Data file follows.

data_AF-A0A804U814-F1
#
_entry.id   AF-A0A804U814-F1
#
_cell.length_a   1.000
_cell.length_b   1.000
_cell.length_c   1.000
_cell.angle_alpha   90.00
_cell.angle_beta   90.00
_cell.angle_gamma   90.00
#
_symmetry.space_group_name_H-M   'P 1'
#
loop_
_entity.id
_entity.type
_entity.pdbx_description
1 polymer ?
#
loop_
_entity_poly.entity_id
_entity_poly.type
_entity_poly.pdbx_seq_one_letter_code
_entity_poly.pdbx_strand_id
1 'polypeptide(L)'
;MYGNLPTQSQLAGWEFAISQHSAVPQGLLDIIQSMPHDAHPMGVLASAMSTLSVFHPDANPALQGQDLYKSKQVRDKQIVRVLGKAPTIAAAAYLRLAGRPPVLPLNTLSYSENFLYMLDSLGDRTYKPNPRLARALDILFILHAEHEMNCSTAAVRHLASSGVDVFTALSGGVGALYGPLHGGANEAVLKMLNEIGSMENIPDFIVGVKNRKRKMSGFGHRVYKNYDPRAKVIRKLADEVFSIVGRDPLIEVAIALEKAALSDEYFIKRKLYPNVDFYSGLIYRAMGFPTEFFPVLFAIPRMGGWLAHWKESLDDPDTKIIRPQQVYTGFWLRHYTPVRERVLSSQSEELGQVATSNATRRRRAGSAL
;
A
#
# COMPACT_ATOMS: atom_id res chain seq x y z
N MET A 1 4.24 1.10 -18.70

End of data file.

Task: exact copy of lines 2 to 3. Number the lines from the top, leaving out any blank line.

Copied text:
#
_entry.id   AF-A0A804U814-F1